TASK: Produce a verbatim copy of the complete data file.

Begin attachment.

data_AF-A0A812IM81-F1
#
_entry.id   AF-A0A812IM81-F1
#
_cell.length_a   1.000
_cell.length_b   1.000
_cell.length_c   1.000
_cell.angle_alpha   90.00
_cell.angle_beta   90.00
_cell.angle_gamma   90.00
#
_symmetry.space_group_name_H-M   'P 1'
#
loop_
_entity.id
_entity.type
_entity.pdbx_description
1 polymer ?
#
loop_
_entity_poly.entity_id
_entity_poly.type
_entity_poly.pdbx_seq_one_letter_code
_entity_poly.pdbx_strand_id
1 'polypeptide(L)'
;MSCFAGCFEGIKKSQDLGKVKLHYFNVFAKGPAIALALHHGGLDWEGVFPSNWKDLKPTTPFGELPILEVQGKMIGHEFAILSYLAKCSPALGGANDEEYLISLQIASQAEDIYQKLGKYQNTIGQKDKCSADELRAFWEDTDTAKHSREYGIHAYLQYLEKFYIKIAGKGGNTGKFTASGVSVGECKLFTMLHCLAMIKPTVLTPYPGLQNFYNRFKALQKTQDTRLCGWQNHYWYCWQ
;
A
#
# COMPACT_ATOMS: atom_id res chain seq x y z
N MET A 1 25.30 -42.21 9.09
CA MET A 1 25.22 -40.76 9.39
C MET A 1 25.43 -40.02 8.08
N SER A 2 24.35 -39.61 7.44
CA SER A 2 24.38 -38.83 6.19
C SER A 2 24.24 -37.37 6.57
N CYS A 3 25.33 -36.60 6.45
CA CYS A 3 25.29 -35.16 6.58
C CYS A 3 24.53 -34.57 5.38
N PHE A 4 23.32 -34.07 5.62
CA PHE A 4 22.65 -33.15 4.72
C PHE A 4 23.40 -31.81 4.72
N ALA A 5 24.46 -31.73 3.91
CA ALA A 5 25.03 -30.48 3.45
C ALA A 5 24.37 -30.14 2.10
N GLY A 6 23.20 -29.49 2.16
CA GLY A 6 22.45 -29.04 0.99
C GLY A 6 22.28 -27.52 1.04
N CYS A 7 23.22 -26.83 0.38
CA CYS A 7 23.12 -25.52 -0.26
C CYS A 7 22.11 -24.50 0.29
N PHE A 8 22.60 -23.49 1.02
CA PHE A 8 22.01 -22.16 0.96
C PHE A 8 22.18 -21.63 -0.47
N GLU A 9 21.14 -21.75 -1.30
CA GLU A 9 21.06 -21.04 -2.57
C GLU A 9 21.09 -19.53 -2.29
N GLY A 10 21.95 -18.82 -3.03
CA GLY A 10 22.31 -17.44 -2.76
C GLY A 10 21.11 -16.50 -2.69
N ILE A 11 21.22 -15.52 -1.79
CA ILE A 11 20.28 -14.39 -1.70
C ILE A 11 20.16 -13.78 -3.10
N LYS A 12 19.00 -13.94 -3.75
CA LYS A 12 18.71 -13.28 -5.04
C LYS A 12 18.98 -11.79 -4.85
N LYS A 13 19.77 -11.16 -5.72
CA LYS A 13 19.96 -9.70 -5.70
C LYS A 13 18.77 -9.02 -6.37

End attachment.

data_AF-A0A812IM81-F1
#
_entry.id   AF-A0A812IM81-F1
#
_cell.length_a   1.000
_cell.length_b   1.000
_cell.length_c   1.000
_cell.angle_alpha   90.00
_cell.angle_beta   90.00
_cell.angle_gamma   90.00
#
_symmetry.space_group_name_H-M   'P 1'
#
loop_
_entity.id
_entity.type
_entity.pdbx_description
1 polymer ?
#
loop_
_entity_poly.entity_id
_entity_poly.type
_entity_poly.pdbx_seq_one_letter_code
_entity_poly.pdbx_strand_id
1 'polypeptide(L)'
;MSCFAGCFEGIKKSQDLGKVKLHYFNVFAKGPAIALALHHGGLDWEGVFPSNWKDLKPTTPFGELPILEVQGKMIGHEFAILSYLAKCSPALGGANDEEYLISLQIASQAEDIYQKLGKYQNTIGQKDKCSADELRAFWEDTDTAKHSREYGIHAYLQYLEKFYIKIAGKGGNTGKFTASGVSVGECKLFTMLHCLAMIKPTVLTPYPGLQNFYNRFKALQKTQDTRLCGWQNHYWYCWQ
;
A
#
# COMPACT_ATOMS: atom_id res chain seq x y z
N MET A 1 25.30 -42.21 9.09
CA MET A 1 25.22 -40.76 9.39
C MET A 1 25.43 -40.02 8.08
N SER A 2 24.35 -39.61 7.44
CA SER A 2 24.38 -38.83 6.19
C SER A 2 24.24 -37.37 6.57
N CYS A 3 25.33 -36.60 6.45
CA CYS A 3 25.29 -35.16 6.58
C CYS A 3 24.53 -34.57 5.38
N PHE A 4 23.32 -34.07 5.62
CA PHE A 4 22.65 -33.15 4.72
C PHE A 4 23.40 -31.81 4.72
N ALA A 5 24.46 -31.73 3.91
CA ALA A 5 25.03 -30.48 3.45
C ALA A 5 24.37 -30.14 2.10
N GLY A 6 23.20 -29.49 2.16
CA GLY A 6 22.45 -29.04 0.99
C GLY A 6 22.28 -27.52 1.04
N CYS A 7 23.22 -26.83 0.38
CA CYS A 7 23.12 -25.52 -0.26
C CYS A 7 22.11 -24.50 0.29
N PHE A 8 22.60 -23.49 1.02
CA PHE A 8 22.01 -22.16 0.96
C PHE A 8 22.18 -21.63 -0.47
N GLU A 9 21.14 -21.75 -1.30
CA GLU A 9 21.06 -21.04 -2.57
C GLU A 9 21.09 -19.53 -2.29
N GLY A 10 21.95 -18.82 -3.03
CA GLY A 10 22.31 -17.44 -2.76
C GLY A 10 21.11 -16.50 -2.69
N ILE A 11 21.22 -15.52 -1.79
CA ILE A 11 20.28 -14.39 -1.70
C ILE A 11 20.16 -13.78 -3.10
N LYS A 12 19.00 -13.94 -3.75
CA LYS A 12 18.71 -13.28 -5.04
C LYS A 12 18.98 -11.79 -4.85
N LYS A 13 19.77 -11.16 -5.72
CA LYS A 13 19.96 -9.70 -5.70
C LYS A 13 18.77 -9.02 -6.37